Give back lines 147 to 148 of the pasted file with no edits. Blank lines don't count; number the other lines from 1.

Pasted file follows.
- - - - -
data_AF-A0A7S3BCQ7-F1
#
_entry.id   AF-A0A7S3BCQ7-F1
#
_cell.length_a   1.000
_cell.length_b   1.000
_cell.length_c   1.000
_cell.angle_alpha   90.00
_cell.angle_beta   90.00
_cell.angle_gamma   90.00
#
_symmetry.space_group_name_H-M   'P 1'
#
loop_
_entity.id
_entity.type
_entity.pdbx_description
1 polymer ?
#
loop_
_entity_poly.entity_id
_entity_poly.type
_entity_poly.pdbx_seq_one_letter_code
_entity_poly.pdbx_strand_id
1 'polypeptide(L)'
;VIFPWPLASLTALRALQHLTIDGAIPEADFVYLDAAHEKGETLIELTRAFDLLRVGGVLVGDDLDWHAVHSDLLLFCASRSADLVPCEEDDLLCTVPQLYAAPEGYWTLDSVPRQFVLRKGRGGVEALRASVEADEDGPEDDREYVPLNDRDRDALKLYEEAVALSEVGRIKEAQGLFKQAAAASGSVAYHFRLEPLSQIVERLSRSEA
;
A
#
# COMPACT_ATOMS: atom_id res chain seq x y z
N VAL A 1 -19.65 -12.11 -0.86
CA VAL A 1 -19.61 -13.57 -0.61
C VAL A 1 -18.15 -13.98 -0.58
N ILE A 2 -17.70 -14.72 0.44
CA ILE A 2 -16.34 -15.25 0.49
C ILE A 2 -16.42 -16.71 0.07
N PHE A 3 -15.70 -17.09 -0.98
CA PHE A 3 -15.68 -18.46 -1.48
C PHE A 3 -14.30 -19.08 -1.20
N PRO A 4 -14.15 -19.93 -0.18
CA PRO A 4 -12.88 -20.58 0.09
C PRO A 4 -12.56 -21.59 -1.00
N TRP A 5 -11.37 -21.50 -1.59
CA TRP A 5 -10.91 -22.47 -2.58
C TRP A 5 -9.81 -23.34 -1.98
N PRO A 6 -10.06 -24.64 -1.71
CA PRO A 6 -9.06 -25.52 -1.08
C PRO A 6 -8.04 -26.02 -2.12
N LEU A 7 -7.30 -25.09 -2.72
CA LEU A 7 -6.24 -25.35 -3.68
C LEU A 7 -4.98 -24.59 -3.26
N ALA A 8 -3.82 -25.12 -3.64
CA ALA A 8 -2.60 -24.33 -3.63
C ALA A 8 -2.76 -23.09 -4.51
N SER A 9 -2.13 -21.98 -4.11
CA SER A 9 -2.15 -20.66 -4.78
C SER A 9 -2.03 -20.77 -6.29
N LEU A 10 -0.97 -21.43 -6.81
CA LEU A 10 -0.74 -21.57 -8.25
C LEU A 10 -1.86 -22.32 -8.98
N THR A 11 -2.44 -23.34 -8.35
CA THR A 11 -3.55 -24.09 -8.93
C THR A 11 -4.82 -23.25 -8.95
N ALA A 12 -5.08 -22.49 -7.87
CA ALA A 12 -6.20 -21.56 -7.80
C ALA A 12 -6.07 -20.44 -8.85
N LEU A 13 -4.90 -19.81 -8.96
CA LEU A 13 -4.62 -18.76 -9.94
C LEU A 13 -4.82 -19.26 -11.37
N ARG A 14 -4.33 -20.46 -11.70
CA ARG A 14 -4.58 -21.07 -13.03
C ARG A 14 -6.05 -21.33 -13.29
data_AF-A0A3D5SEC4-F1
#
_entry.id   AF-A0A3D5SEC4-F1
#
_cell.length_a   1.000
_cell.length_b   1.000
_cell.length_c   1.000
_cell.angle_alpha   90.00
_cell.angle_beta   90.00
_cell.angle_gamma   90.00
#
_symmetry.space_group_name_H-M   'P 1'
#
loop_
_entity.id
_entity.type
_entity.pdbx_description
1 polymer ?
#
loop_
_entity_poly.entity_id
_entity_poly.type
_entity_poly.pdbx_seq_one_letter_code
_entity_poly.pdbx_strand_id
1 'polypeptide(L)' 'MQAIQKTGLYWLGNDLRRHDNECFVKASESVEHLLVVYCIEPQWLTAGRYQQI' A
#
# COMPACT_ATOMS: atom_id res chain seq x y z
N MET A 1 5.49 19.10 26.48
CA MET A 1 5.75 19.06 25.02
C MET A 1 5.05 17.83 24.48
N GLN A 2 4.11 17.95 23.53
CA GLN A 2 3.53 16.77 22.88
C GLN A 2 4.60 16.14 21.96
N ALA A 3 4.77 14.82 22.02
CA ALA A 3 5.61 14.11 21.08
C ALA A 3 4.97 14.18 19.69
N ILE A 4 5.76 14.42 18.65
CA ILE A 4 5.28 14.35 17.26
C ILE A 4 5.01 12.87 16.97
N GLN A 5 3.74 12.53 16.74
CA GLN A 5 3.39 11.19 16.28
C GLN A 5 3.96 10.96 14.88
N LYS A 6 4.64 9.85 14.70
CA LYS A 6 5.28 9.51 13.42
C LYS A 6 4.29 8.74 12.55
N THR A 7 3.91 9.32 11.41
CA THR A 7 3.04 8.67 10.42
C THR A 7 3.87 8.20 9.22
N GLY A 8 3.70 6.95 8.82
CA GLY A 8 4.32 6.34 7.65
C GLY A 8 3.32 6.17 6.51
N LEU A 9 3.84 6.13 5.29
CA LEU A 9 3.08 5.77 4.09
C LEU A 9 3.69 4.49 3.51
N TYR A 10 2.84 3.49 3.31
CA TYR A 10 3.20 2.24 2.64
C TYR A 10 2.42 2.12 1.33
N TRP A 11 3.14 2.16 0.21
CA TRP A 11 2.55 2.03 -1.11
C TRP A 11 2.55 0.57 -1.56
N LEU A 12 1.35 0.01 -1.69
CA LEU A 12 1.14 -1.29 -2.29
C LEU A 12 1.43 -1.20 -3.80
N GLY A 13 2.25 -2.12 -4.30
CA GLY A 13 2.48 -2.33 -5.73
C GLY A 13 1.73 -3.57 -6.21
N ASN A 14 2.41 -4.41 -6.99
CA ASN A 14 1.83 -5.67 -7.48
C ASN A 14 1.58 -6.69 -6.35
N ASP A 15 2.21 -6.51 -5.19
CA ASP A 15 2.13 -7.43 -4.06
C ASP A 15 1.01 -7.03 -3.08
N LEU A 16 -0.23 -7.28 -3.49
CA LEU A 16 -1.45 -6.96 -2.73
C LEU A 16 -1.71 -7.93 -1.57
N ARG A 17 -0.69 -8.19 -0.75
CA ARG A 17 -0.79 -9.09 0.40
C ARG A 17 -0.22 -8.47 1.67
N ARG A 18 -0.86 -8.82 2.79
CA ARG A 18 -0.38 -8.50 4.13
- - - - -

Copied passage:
C LEU A 16 -1.71 -7.93 -1.57
N ARG A 17 -0.69 -8.19 -0.75